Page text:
Perhaps the most important right of a patient is to be able to make his or her own choices regarding medical treatment. This right is part of the concept of informed consent. If you are to make the best decisions concerning your health, your Connecticut physician should give you all the information you need so you can make those choices.

As explains, informed consent occurs when a doctor provides information about a medical treatment to a patient, coupled with the statement that the patient can give voluntary consent or deny it and refuse the treatment. This same standard also applies to many medical tests, although for a large number of doctor-patient interactions like physical exams, consent is considered implied and does not need to be formally given.

In some cases, informed consent must take on a written form, particularly if there is an increase in risk to the patient or the test is more explicit in nature. This may occur when a doctor proposes an invasive test or a delicate operation, or for procedures that may require risky treatments in the event of a sudden complication or a discovery made during an operation.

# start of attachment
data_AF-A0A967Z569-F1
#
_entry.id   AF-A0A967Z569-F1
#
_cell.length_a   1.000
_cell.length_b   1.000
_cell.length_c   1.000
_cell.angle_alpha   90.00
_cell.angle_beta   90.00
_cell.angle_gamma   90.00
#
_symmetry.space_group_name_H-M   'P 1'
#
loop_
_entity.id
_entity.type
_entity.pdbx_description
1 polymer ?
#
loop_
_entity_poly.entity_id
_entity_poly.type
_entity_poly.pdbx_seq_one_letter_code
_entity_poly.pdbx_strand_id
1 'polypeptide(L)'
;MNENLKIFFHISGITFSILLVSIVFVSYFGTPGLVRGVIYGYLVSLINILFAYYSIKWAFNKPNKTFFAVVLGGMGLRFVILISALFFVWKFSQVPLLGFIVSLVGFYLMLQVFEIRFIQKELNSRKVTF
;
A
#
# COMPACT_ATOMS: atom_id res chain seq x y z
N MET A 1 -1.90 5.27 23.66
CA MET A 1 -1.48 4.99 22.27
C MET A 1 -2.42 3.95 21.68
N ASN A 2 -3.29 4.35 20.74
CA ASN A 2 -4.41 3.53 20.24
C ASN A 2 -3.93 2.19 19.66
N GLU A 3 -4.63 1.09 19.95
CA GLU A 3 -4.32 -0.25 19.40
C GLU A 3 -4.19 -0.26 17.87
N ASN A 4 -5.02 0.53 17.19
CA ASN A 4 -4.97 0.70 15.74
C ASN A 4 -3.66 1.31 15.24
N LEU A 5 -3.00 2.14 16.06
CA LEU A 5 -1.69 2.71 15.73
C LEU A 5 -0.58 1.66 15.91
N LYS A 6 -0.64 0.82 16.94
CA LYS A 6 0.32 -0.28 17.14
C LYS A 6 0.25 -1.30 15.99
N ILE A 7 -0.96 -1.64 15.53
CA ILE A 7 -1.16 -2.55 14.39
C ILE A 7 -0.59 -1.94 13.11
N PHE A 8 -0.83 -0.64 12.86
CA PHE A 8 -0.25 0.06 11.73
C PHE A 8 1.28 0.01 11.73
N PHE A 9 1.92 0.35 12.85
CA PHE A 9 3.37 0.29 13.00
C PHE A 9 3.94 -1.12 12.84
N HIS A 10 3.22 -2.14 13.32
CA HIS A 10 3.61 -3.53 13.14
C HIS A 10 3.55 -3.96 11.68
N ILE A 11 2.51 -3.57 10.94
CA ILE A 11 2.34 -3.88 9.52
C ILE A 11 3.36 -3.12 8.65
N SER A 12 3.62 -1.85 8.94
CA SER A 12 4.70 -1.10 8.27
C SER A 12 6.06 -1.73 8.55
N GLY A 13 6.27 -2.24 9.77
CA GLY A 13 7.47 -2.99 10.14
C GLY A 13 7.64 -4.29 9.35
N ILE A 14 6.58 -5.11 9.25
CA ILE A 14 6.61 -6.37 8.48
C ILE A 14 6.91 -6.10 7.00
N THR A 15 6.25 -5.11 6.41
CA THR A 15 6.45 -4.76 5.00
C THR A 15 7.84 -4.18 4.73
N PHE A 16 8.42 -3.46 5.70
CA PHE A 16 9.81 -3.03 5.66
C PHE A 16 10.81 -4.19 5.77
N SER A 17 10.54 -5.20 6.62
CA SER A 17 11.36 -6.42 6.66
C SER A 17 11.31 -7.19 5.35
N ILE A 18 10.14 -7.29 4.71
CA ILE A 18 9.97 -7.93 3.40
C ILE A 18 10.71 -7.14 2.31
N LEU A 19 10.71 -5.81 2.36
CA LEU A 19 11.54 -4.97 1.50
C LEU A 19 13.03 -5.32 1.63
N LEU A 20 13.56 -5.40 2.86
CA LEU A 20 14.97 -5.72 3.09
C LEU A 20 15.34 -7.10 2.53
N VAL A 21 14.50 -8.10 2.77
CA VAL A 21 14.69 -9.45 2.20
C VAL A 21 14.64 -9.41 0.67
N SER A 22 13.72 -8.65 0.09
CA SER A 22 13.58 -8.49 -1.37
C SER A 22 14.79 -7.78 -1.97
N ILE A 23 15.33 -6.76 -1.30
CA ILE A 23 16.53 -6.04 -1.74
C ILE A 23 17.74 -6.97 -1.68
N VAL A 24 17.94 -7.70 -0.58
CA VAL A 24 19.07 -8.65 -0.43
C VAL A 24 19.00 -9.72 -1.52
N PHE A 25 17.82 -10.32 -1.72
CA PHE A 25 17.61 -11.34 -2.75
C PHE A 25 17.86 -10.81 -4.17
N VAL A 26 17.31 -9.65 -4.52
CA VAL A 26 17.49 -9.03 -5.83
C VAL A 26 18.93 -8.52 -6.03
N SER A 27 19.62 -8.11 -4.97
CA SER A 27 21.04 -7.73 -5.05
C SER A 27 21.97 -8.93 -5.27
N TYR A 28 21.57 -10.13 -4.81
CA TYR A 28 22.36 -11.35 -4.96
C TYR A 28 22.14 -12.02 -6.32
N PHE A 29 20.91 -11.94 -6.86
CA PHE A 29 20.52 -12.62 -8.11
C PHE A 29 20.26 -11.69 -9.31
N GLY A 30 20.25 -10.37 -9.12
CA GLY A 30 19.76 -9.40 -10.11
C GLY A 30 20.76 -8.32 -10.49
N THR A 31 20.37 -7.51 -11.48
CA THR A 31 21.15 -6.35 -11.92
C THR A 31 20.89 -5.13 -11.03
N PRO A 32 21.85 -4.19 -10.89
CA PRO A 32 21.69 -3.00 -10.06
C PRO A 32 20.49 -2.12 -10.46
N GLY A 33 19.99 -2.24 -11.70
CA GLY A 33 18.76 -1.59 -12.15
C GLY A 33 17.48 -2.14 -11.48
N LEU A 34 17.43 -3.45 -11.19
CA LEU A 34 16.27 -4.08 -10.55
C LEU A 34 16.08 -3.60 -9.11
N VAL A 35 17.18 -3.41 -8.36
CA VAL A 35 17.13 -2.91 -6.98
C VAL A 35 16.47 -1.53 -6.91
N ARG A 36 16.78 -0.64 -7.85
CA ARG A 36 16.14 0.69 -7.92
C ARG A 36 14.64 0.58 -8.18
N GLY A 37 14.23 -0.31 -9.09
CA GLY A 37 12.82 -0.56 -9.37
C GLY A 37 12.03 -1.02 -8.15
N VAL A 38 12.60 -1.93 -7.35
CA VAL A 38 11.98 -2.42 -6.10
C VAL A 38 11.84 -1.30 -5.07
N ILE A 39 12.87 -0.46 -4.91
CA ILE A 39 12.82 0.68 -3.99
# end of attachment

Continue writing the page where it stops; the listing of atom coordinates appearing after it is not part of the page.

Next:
Exceptions do exist to informed consent, but they fall under emergency circumstances when a doctor needs to take action to save a person’s life. An auto accident victim, for instance, may be rendered unconscious and is suffering heavy bleeding and organ damage. It is impossible under such circumstances to give consent. The doctors in that situation would be instead focused on saving that person from death.

However, for most medical situations, you remain the one in charge of your treatment. If a doctor fails to provide informed consent for a treatment, it is considered a form of assault under law. A lack of informed consent could also result in serious bodily harm if the treatment was not warranted for your condition.

Because cases of medical malpractice are wide and varied, you should not consider this article as offering any legal advice. It is written to educate Connecticut residents on informed consent and medical malpractice.